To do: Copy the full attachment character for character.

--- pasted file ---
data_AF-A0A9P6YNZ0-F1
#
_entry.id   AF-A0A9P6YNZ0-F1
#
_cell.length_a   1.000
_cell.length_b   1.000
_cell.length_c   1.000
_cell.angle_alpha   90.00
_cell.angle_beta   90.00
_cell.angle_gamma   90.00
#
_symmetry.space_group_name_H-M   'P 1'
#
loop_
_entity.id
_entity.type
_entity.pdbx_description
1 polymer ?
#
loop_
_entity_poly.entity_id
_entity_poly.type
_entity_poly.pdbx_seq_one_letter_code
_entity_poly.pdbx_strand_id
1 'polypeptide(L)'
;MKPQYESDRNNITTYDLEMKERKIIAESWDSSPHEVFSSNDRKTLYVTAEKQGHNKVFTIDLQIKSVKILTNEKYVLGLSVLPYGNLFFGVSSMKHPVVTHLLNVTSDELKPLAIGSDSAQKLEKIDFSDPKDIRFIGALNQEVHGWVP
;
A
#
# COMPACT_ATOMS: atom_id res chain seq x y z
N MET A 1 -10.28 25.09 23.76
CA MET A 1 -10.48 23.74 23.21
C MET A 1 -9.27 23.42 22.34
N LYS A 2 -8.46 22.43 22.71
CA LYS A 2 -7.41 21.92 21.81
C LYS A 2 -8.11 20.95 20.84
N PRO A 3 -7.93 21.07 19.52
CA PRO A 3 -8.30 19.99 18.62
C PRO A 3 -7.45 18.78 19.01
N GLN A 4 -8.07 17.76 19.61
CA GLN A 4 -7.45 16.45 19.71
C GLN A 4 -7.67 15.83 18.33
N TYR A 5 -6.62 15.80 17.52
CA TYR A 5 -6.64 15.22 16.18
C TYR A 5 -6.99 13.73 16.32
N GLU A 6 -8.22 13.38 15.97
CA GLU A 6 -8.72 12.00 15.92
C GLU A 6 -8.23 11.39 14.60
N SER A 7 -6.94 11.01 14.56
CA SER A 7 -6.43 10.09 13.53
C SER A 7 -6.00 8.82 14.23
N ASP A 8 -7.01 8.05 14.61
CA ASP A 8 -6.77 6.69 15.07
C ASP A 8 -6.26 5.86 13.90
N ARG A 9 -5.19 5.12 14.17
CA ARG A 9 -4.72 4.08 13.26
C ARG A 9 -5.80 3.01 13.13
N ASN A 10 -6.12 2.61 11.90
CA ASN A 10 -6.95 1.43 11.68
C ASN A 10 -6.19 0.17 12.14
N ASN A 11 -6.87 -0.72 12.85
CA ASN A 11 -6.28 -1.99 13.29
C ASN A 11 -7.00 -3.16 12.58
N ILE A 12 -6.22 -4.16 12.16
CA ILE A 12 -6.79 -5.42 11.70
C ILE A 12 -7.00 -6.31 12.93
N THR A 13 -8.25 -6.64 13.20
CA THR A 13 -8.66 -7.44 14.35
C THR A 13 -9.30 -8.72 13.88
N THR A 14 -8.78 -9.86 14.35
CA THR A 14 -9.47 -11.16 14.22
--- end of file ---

data_AF-A0A9P6YNZ0-F1
#
_entry.id   AF-A0A9P6YNZ0-F1
#
_cell.length_a   1.000
_cell.length_b   1.000
_cell.length_c   1.000
_cell.angle_alpha   90.00
_cell.angle_beta   90.00
_cell.angle_gamma   90.00
#
_symmetry.space_group_name_H-M   'P 1'
#
loop_
_entity.id
_entity.type
_entity.pdbx_description
1 polymer ?
#
loop_
_entity_poly.entity_id
_entity_poly.type
_entity_poly.pdbx_seq_one_letter_code
_entity_poly.pdbx_strand_id
1 'polypeptide(L)'
;MKPQYESDRNNITTYDLEMKERKIIAESWDSSPHEVFSSNDRKTLYVTAEKQGHNKVFTIDLQIKSVKILTNEKYVLGLSVLPYGNLFFGVSSMKHPVVTHLLNVTSDELKPLAIGSDSAQKLEKIDFSDPKDIRFIGALNQEVHGWVP
;
A
#
# COMPACT_ATOMS: atom_id res chain seq x y z
N MET A 1 -10.28 25.09 23.76
CA MET A 1 -10.48 23.74 23.21
C MET A 1 -9.27 23.42 22.34
N LYS A 2 -8.46 22.43 22.71
CA LYS A 2 -7.41 21.92 21.81
C LYS A 2 -8.11 20.95 20.84
N PRO A 3 -7.93 21.07 19.52
CA PRO A 3 -8.30 19.99 18.62
C PRO A 3 -7.45 18.78 19.01
N GLN A 4 -8.07 17.76 19.61
CA GLN A 4 -7.45 16.45 19.71
C GLN A 4 -7.67 15.83 18.33
N TYR A 5 -6.62 15.80 17.52
CA TYR A 5 -6.64 15.22 16.18
C TYR A 5 -6.99 13.73 16.32
N GLU A 6 -8.22 13.38 15.97
CA GLU A 6 -8.72 12.00 15.92
C GLU A 6 -8.23 11.39 14.60
N SER A 7 -6.94 11.01 14.56
CA SER A 7 -6.43 10.09 13.53
C SER A 7 -6.00 8.82 14.23
N ASP A 8 -7.01 8.05 14.61
CA ASP A 8 -6.77 6.69 15.07
C ASP A 8 -6.26 5.86 13.90
N ARG A 9 -5.19 5.12 14.17
CA ARG A 9 -4.72 4.08 13.26
C ARG A 9 -5.80 3.01 13.13
N ASN A 10 -6.12 2.61 11.90
CA ASN A 10 -6.95 1.43 11.68
C ASN A 10 -6.19 0.17 12.14
N ASN A 11 -6.87 -0.72 12.85
CA ASN A 11 -6.28 -1.99 13.29
C ASN A 11 -7.00 -3.16 12.58
N ILE A 12 -6.22 -4.16 12.16
CA ILE A 12 -6.79 -5.42 11.70
C ILE A 12 -7.00 -6.31 12.93
N THR A 13 -8.25 -6.64 13.20
CA THR A 13 -8.66 -7.44 14.35
C THR A 13 -9.30 -8.72 13.88
N THR A 14 -8.78 -9.86 14.35
CA THR A 14 -9.47 -11.16 14.22